Aletha Solter – Cooperative and Connected: Helping Children Flourish Without Punishments or Rewards
Cooperative and Connected marks a major breakthrough in our understanding of children’s emotional needs from two to eight years of age. It is a revised and updated version of Helping Young Children Flourish, and it continues the same approach described in the author’s first book, The Aware Baby. Of interest to parents as well as therapists and early childhood educators, it provides a complete description of respectful, non-punitive parenting. This revised edition contains new information, insights, summary charts, and up-to-date scientific references.
The seven chapters are packed with information about child development and solutions to many common problems encountered by parents of young children. Organized around typical questions that parents ask, and grouped into chapters by common themes, the book contains concrete advice for dealing with a wide range of issues. The topics include tears and tantrums, early childhood fears, appropriate stimulation, how young children learn, the importance of play, aggressive and uncooperative behavior, sibling rivalry, food-related issues, and hyperactivity.
The author describes the disadvantages of both punishments and rewards. Instead of trying to change children’s behaviors with these authoritarian methods, she explains the importance of connecting with children and looking beneath the surface to address their underlying needs and feelings, which often lie at the root of behavior problems. Parents will learn how to use play, family meetings, and other conflict-resolution techniques to elicit cooperation and set limits while maintaining a loving connection with their children.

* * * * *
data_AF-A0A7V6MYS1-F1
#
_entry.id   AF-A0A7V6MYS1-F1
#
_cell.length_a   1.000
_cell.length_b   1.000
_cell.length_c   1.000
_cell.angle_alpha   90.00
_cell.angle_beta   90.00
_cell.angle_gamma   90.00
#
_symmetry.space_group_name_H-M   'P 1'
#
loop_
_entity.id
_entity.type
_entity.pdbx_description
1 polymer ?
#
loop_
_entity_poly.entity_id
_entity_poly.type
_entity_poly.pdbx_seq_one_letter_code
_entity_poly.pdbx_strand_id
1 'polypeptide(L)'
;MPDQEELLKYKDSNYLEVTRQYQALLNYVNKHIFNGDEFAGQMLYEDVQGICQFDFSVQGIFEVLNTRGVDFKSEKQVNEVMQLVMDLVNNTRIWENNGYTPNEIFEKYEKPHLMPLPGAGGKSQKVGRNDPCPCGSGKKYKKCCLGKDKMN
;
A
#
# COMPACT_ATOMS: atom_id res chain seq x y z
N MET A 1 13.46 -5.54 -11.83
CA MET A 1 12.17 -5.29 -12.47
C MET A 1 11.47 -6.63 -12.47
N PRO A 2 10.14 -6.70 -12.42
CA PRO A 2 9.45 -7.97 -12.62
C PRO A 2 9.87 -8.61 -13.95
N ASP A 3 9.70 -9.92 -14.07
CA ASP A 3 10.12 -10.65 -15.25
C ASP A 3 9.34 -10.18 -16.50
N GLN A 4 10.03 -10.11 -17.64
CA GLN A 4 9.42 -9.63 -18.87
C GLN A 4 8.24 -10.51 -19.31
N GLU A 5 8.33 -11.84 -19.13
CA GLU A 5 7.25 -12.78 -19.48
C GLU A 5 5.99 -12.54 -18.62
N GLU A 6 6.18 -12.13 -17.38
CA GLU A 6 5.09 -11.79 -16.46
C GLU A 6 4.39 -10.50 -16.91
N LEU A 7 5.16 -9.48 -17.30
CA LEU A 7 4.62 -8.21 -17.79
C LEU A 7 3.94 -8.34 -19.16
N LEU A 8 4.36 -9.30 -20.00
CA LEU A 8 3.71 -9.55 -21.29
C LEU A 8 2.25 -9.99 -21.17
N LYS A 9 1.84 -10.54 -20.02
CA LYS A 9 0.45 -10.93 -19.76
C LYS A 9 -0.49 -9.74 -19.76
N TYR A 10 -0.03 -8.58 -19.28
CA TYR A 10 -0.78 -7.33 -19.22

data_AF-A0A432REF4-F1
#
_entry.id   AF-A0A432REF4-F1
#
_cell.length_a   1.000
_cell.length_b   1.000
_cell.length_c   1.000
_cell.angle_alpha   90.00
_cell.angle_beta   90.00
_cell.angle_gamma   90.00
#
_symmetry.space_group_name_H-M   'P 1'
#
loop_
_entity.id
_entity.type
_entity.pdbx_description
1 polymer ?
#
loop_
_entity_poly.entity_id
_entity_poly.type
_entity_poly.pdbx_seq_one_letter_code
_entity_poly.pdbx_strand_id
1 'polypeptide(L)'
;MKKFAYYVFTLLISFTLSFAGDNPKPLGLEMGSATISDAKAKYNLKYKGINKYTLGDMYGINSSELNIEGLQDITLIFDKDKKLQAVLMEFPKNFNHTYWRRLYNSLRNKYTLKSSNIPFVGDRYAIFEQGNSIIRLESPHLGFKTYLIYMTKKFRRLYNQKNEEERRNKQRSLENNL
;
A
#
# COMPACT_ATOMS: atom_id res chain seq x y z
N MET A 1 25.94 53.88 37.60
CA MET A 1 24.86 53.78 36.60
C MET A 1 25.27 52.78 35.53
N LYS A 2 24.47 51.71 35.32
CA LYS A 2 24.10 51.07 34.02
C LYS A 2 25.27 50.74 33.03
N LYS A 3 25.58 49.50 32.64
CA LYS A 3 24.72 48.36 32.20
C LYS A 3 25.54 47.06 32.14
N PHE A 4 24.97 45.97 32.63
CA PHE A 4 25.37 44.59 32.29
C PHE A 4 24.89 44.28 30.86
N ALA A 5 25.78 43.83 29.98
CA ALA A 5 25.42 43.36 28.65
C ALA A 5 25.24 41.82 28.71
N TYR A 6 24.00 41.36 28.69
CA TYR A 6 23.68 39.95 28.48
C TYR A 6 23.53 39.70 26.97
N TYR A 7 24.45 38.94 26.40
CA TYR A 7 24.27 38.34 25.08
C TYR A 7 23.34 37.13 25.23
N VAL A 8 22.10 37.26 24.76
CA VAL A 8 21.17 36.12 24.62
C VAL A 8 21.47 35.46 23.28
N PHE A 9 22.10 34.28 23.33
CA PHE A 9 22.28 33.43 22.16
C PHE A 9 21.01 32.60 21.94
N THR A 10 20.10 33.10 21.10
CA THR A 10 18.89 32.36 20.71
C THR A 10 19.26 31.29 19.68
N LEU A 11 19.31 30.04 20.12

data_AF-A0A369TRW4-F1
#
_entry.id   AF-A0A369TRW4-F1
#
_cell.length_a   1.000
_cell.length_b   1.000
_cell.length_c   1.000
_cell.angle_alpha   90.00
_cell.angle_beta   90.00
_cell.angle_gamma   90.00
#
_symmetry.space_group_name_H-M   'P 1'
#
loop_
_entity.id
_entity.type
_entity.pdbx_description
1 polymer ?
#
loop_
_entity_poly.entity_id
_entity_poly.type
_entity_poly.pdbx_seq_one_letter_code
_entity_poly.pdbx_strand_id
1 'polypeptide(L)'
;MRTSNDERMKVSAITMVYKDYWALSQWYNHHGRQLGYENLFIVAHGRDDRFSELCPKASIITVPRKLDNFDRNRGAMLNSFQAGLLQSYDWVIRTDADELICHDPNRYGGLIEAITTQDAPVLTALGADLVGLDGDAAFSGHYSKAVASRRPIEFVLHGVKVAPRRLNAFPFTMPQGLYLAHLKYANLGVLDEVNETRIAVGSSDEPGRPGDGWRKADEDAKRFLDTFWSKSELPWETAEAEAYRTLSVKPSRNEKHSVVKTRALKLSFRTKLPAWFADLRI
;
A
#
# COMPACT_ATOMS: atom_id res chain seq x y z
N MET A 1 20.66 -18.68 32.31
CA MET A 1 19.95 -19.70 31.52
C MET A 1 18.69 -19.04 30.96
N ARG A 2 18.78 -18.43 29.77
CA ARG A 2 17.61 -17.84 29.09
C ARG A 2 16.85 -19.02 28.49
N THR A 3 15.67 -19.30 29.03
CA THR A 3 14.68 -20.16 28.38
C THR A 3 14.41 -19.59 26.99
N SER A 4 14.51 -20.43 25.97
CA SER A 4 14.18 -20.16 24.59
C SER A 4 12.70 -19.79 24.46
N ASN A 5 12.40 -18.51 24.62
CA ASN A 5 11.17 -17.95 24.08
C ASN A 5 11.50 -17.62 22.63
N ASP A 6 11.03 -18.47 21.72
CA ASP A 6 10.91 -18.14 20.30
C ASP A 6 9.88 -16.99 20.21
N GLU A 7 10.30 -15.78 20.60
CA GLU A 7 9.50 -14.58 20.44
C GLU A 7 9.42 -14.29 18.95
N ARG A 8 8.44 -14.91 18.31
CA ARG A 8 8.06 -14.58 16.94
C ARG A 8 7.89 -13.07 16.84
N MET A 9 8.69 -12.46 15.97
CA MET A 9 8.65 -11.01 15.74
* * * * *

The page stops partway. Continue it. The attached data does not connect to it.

The author considers stress and trauma to be major factors that can cause behavior problems. Even with the most loving parents, children can become stressed, leading to aggressive and uncooperative behavior, as well as anxiety, sleep problems, hyperactivity, and compulsive eating. Parents can help children recover emotional balance by allowing them to fully express their emotions. Crying and raging are not seen as “misbehavior” but rather as natural tension release mechanisms that help children cope with the inevitable stresses of growing up. Instead of punishing or distracting children during their emotional outbursts, the author recommends acceptance and compassionate listening. She also describes certain forms of play that can help children release stress, enhance the parent/child bond, and help solve behavior problems.
Cooperative and Connected is a well-researched book with over 150 scientific references in the fields of child development, psychotherapy, and neurophysiology. The 25 charts provide handy summaries of all the major points. Scattered throughout the text are vivid examples from the author’s own experiences as a mother as well as from numerous interviews that she conducted with other parents. Each chapter concludes with a set of exercises for parents who wish to explore their feelings and take active steps in nurturing themselves.